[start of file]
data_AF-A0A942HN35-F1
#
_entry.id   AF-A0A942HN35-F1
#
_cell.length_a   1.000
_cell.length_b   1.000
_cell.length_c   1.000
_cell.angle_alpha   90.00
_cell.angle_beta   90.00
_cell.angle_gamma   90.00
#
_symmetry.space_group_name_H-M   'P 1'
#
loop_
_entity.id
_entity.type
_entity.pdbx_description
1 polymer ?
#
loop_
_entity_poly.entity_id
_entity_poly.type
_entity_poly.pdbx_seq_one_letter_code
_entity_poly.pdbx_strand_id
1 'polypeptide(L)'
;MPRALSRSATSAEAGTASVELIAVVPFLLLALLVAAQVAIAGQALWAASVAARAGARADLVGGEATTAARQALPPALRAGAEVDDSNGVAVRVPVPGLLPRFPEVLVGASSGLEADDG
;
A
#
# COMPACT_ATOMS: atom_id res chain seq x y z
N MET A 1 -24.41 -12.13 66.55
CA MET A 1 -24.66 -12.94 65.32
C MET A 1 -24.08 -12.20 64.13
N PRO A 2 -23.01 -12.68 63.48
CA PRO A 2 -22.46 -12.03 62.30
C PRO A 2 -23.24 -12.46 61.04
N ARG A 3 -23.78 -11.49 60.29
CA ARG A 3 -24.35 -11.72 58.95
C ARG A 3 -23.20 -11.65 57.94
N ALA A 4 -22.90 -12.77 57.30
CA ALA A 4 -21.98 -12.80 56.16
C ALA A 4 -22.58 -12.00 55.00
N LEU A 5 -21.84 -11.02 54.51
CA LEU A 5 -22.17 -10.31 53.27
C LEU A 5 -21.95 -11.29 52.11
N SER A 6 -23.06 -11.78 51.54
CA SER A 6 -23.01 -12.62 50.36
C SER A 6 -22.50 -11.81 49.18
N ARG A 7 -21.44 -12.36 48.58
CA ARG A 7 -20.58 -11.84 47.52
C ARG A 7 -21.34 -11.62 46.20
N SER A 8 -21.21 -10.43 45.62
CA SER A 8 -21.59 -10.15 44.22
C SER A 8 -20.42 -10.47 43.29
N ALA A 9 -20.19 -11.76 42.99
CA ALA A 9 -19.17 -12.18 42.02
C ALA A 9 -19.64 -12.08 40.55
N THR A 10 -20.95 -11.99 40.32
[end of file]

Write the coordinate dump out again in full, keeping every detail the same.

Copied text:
data_AF-A0A942HN35-F1
#
_entry.id   AF-A0A942HN35-F1
#
_cell.length_a   1.000
_cell.length_b   1.000
_cell.length_c   1.000
_cell.angle_alpha   90.00
_cell.angle_beta   90.00
_cell.angle_gamma   90.00
#
_symmetry.space_group_name_H-M   'P 1'
#
loop_
_entity.id
_entity.type
_entity.pdbx_description
1 polymer ?
#
loop_
_entity_poly.entity_id
_entity_poly.type
_entity_poly.pdbx_seq_one_letter_code
_entity_poly.pdbx_strand_id
1 'polypeptide(L)'
;MPRALSRSATSAEAGTASVELIAVVPFLLLALLVAAQVAIAGQALWAASVAARAGARADLVGGEATTAARQALPPALRAGAEVDDSNGVAVRVPVPGLLPRFPEVLVGASSGLEADDG
;
A
#
# COMPACT_ATOMS: atom_id res chain seq x y z
N MET A 1 -24.41 -12.13 66.55
CA MET A 1 -24.66 -12.94 65.32
C MET A 1 -24.08 -12.20 64.13
N PRO A 2 -23.01 -12.68 63.48
CA PRO A 2 -22.46 -12.03 62.30
C PRO A 2 -23.24 -12.46 61.04
N ARG A 3 -23.78 -11.49 60.29
CA ARG A 3 -24.35 -11.72 58.95
C ARG A 3 -23.20 -11.65 57.94
N ALA A 4 -22.90 -12.77 57.30
CA ALA A 4 -21.98 -12.80 56.16
C ALA A 4 -22.58 -12.00 55.00
N LEU A 5 -21.84 -11.02 54.51
CA LEU A 5 -22.17 -10.31 53.27
C LEU A 5 -21.95 -11.29 52.11
N SER A 6 -23.06 -11.78 51.54
CA SER A 6 -23.01 -12.62 50.36
C SER A 6 -22.50 -11.81 49.18
N ARG A 7 -21.44 -12.36 48.58
CA ARG A 7 -20.58 -11.84 47.52
C ARG A 7 -21.34 -11.62 46.20
N SER A 8 -21.21 -10.43 45.62
CA SER A 8 -21.59 -10.15 44.22
C SER A 8 -20.42 -10.47 43.29
N ALA A 9 -20.19 -11.76 42.99
CA ALA A 9 -19.17 -12.18 42.02
C ALA A 9 -19.64 -12.08 40.55
N THR A 10 -20.95 -11.99 40.32